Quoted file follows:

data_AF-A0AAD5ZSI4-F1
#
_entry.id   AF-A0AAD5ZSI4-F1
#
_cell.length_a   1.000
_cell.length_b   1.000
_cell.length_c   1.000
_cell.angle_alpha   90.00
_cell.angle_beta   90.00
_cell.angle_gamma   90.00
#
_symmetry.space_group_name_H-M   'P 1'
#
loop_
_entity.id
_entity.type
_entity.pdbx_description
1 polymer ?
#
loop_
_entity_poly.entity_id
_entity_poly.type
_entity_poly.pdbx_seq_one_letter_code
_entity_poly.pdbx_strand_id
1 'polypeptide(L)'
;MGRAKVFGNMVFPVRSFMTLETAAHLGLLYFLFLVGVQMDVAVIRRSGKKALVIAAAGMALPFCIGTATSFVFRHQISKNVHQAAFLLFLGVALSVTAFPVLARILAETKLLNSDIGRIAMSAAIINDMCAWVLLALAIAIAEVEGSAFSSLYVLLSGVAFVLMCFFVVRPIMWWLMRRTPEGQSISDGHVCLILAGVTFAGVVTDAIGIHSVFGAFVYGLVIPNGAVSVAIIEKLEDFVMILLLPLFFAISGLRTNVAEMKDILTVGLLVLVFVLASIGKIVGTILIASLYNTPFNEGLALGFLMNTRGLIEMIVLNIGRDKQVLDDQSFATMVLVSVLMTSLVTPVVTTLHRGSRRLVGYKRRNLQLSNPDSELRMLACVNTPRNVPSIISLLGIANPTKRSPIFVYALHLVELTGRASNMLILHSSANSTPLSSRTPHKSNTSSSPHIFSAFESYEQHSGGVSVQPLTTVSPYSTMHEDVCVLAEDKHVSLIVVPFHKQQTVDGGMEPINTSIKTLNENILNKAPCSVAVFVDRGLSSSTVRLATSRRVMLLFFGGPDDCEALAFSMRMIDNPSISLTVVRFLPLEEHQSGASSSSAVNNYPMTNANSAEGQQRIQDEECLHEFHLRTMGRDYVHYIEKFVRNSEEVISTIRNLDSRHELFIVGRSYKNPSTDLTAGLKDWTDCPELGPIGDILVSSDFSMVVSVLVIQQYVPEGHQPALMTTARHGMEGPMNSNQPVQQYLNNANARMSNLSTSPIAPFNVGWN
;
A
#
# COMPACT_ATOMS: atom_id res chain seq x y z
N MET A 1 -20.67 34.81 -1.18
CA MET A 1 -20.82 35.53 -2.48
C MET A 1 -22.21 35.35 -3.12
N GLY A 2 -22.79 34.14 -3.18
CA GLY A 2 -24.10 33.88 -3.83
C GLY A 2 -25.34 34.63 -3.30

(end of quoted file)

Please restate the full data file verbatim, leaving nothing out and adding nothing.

data_AF-A0AAD5ZSI4-F1
#
_entry.id   AF-A0AAD5ZSI4-F1
#
_cell.length_a   1.000
_cell.length_b   1.000
_cell.length_c   1.000
_cell.angle_alpha   90.00
_cell.angle_beta   90.00
_cell.angle_gamma   90.00
#
_symmetry.space_group_name_H-M   'P 1'
#
loop_
_entity.id
_entity.type
_entity.pdbx_description
1 polymer ?
#
loop_
_entity_poly.entity_id
_entity_poly.type
_entity_poly.pdbx_seq_one_letter_code
_entity_poly.pdbx_strand_id
1 'polypeptide(L)'
;MGRAKVFGNMVFPVRSFMTLETAAHLGLLYFLFLVGVQMDVAVIRRSGKKALVIAAAGMALPFCIGTATSFVFRHQISKNVHQAAFLLFLGVALSVTAFPVLARILAETKLLNSDIGRIAMSAAIINDMCAWVLLALAIAIAEVEGSAFSSLYVLLSGVAFVLMCFFVVRPIMWWLMRRTPEGQSISDGHVCLILAGVTFAGVVTDAIGIHSVFGAFVYGLVIPNGAVSVAIIEKLEDFVMILLLPLFFAISGLRTNVAEMKDILTVGLLVLVFVLASIGKIVGTILIASLYNTPFNEGLALGFLMNTRGLIEMIVLNIGRDKQVLDDQSFATMVLVSVLMTSLVTPVVTTLHRGSRRLVGYKRRNLQLSNPDSELRMLACVNTPRNVPSIISLLGIANPTKRSPIFVYALHLVELTGRASNMLILHSSANSTPLSSRTPHKSNTSSSPHIFSAFESYEQHSGGVSVQPLTTVSPYSTMHEDVCVLAEDKHVSLIVVPFHKQQTVDGGMEPINTSIKTLNENILNKAPCSVAVFVDRGLSSSTVRLATSRRVMLLFFGGPDDCEALAFSMRMIDNPSISLTVVRFLPLEEHQSGASSSSAVNNYPMTNANSAEGQQRIQDEECLHEFHLRTMGRDYVHYIEKFVRNSEEVISTIRNLDSRHELFIVGRSYKNPSTDLTAGLKDWTDCPELGPIGDILVSSDFSMVVSVLVIQQYVPEGHQPALMTTARHGMEGPMNSNQPVQQYLNNANARMSNLSTSPIAPFNVGWN
;
A
#
# COMPACT_ATOMS: atom_id res chain seq x y z
N MET A 1 -20.67 34.81 -1.18
CA MET A 1 -20.82 35.53 -2.48
C MET A 1 -22.21 35.35 -3.12
N GLY A 2 -22.79 34.14 -3.18
CA GLY A 2 -24.10 33.88 -3.83
C GLY A 2 -25.34 34.63 -3.30